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Election officials erect a barrier and reassure Illinois State University students  that they will be allowed to vote if they were in line before the polling place in the Bone Student Center in Normal officially closed at 7 p.m. About 1,800 students voted at ISU, coming close to matching past record turnouts.

BLOOMINGTON — If Tuesday's election was a "blue wave," McLean County showed its deeply red roots.

In a midterm election that beat turnout projections and brought Democrats the U.S. House, Gov.-elect J.B. Pritzker and a new Illinois Statehouse supermajority, Bloomington-Normal and the surrounding area continued to mostly back Republican candidates, though Democrats made some inroads.

McLean County

McLean County's most bitterly contested race ended up a walk for the Republican incumbent.

Though Democrat Nikita Richards earned endorsements from Pritzker, U.S. Sen. Dick Durbin and others, local voters stuck with Republican McLean County Clerk Kathy Michael by a margin of 56 percent to 44 percent throughout the county, including the city of Bloomington.

Richards even narrowly lost the less-conservative city of Bloomington, 51.5 percent to 48.5 percent. She took many precincts in west and central Bloomington but lost more-affluent areas in the southwest and southeast.

Richards is an employment coordinator for the city.

McLean County Democratic Party Chair Erik Rankin told WGLT he thought the result showed "this county still has some issues with people of color."

"I find that (explanation) very offensive," said Connie Beard, chair of the McLean County Republican Party, adding voters "found a reason not to trust" Richards' campaign practices.


Several hundred Democrats filled the lobby of the Radisson Hotel and Conference Center in Normal during a watch party Tuesday, Nov. 6, 2018.

Democrats made waves on the County Board, however, unseating three Republican incumbents while narrowly losing a seat previously held by a Democrat. They went from five to seven seats on the 20-member board and helped increase the number of women serving from three to seven.

Democrat Sharon Chung, who beat Republican incumbent Ryan Scritchlow for a District 7 seat, posted to Facebook late Tuesday that she's "honored to be the first Asian-American elected official in McLean County."

"I do find it interesting that despite the enormous amount of money in this campaign, Democrats came up with two County Board members and that's it," Beard said. The McLean County Democratic Central Committee spent $44,500 in the last reported quarter, versus $18,100 for its Republican counterpart.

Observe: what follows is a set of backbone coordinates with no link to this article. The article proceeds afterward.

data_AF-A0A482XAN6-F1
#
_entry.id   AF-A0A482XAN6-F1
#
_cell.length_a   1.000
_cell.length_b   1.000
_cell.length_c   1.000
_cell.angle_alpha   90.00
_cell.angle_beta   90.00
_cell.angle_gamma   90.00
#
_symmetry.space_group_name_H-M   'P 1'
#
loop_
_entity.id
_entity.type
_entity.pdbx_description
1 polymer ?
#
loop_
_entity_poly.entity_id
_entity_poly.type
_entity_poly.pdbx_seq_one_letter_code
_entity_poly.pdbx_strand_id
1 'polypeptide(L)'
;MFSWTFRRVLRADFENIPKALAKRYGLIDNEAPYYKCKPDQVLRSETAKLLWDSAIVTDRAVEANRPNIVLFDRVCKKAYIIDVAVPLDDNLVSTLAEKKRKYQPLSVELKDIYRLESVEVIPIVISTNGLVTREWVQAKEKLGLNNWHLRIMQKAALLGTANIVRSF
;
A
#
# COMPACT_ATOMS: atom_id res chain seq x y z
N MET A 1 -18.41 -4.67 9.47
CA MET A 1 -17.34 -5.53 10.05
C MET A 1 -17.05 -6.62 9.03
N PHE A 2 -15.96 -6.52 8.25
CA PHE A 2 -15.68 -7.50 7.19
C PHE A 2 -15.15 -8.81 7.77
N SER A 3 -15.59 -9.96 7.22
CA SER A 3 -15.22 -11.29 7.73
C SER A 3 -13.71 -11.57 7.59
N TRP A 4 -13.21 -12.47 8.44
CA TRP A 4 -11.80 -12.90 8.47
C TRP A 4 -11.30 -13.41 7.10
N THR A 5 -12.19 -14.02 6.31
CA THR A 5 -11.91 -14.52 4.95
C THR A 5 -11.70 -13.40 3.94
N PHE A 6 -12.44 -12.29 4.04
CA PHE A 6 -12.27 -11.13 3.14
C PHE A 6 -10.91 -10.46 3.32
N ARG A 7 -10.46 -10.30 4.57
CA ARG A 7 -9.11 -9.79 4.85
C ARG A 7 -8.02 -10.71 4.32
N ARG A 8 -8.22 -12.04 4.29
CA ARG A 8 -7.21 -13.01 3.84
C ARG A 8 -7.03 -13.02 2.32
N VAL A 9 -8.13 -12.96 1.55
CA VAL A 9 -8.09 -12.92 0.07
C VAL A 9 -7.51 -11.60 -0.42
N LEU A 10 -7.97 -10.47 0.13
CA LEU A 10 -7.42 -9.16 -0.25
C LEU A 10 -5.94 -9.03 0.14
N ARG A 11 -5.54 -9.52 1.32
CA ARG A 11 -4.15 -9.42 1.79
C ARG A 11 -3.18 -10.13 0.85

Rankin could not be reached for comment Wednesday.


Even in a 54 percent to 39 percent drubbing across Illinois, Republican Gov. Bruce Rauner won McLean County, and two other GOP candidates who lost statewide took the area by slim margins.

County voters picked not only Rauner — by a five-point margin over Pritzker — but also comptroller candidate Darlene Senger and treasurer candidate Jim Dodge. Each won the county by less than a percentage point and lost by about 20 points statewide.

"Rauner did well in the core central and southern Illinois Republican base," said John Jackson, a visiting professor at Southern Illinois University at Carbondale's Paul Simon Public Policy Institute. "It was over before the first hour because, in spite of the fact there are 87 (counties he won), they're very sparsely populated outside a few like McLean."

Where local voters went Democratic, they did so overwhelmingly, even in conservative areas outside the city of Bloomington. Attorney General-elect Kwame Raoul won the county by 10 points and beat Erika Harold by 500 votes outside the city; Secretary of State Jesse White won both areas easily.

"That's somewhat surprising and probably not true in more than one or two other places," Jackson said of Raoul winning in the county where Pritzker lost. "I was surprised too because Harold is from right next door in Champaign." 


A notable exception to the red trend in McLean County was in the 13th Congressional District, where Democrat Betsy Dirksen Londrigan of Springfield thrashed Republican U.S. Rep. Rodney Davis of Taylorville despite his narrow re-election.

Londrigan beat Davis by a margin of 62 percent to 38 percent in McLean County, including nearly identical margins in the city and outside it.

Jackson said he's unsure why areas outside Bloomington didn't go for Davis but added he can offer "a hypothesis without any data."

"Some reasonable number of farmers are really nervous about (President Donald) Trump's tariffs and what they're doing on farm income," he said. "Farmers there may have more skepticism than in southern Illinois."

Democrat Junius Rodriguez of Eureka, meanwhile, finished 10 points behind Republican U.S. Rep. Darin LaHood of Dunlap despite LaHood's nearly 2-to-1 vote margin across the district.

Voter turnout

McLean County voter turnout, including the city of Bloomington, settled Wednesday at 61 percent, well above 2014's 49.2 percent, the most recent federal midterm election.


Polling place workers register Illinois State University students as the polls close at 7 p.m. Tuesday, Nov. 6, 2018, in the Bone Student Center in Normal. 

Other Central Illinois counties reported increased turnout from 2014 as well. DeWitt County increased from 45.8 percent to 56.6 percent; Ford, 52.3 percent to 57.3 percent; Livingston, 53.4 percent to 56.5 percent; Logan, 45.9 percent to 55.5 percent; and Tazewell, 51.2 percent to 57.7 percent.

Woodford County turnout fell, from 56.3 percent to 54.3 percent.

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Contact Derek Beigh at (309) 820-3234. Follow him on Twitter: @pg_beigh


Normal and McLean County Reporter

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